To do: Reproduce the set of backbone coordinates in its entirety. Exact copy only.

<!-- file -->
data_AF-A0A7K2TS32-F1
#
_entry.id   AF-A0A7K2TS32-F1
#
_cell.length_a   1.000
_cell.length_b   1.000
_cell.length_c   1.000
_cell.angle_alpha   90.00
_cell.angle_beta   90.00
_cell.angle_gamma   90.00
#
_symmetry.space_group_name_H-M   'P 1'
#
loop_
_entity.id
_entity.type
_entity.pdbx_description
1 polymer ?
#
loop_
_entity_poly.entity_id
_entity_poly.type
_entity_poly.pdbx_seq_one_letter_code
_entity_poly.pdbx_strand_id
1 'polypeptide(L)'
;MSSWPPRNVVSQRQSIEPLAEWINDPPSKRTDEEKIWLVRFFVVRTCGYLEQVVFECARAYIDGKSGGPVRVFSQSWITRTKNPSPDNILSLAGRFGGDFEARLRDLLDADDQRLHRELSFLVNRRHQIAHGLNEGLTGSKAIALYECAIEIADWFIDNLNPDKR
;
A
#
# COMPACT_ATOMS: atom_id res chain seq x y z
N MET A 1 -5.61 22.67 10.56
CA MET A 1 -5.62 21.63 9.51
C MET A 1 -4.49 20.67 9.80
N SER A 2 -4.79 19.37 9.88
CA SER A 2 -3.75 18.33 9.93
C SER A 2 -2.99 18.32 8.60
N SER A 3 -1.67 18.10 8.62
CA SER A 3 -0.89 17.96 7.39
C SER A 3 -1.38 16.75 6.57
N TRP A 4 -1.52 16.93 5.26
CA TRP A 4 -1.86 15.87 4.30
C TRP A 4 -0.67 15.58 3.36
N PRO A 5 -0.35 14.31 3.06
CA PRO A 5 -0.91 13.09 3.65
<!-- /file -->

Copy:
data_AF-A0A7K2TS32-F1
#
_entry.id   AF-A0A7K2TS32-F1
#
_cell.length_a   1.000
_cell.length_b   1.000
_cell.length_c   1.000
_cell.angle_alpha   90.00
_cell.angle_beta   90.00
_cell.angle_gamma   90.00
#
_symmetry.space_group_name_H-M   'P 1'
#
loop_
_entity.id
_entity.type
_entity.pdbx_description
1 polymer ?
#
loop_
_entity_poly.entity_id
_entity_poly.type
_entity_poly.pdbx_seq_one_letter_code
_entity_poly.pdbx_strand_id
1 'polypeptide(L)'
;MSSWPPRNVVSQRQSIEPLAEWINDPPSKRTDEEKIWLVRFFVVRTCGYLEQVVFECARAYIDGKSGGPVRVFSQSWITRTKNPSPDNILSLAGRFGGDFEARLRDLLDADDQRLHRELSFLVNRRHQIAHGLNEGLTGSKAIALYECAIEIADWFIDNLNPDKR
;
A
#
# COMPACT_ATOMS: atom_id res chain seq x y z
N MET A 1 -5.61 22.67 10.56
CA MET A 1 -5.62 21.63 9.51
C MET A 1 -4.49 20.67 9.80
N SER A 2 -4.79 19.37 9.88
CA SER A 2 -3.75 18.33 9.93
C SER A 2 -2.99 18.32 8.60
N SER A 3 -1.67 18.10 8.62
CA SER A 3 -0.89 17.96 7.39
C SER A 3 -1.38 16.75 6.57
N TRP A 4 -1.52 16.93 5.26
CA TRP A 4 -1.86 15.87 4.30
C TRP A 4 -0.67 15.58 3.36
N PRO A 5 -0.35 14.31 3.06
CA PRO A 5 -0.91 13.09 3.65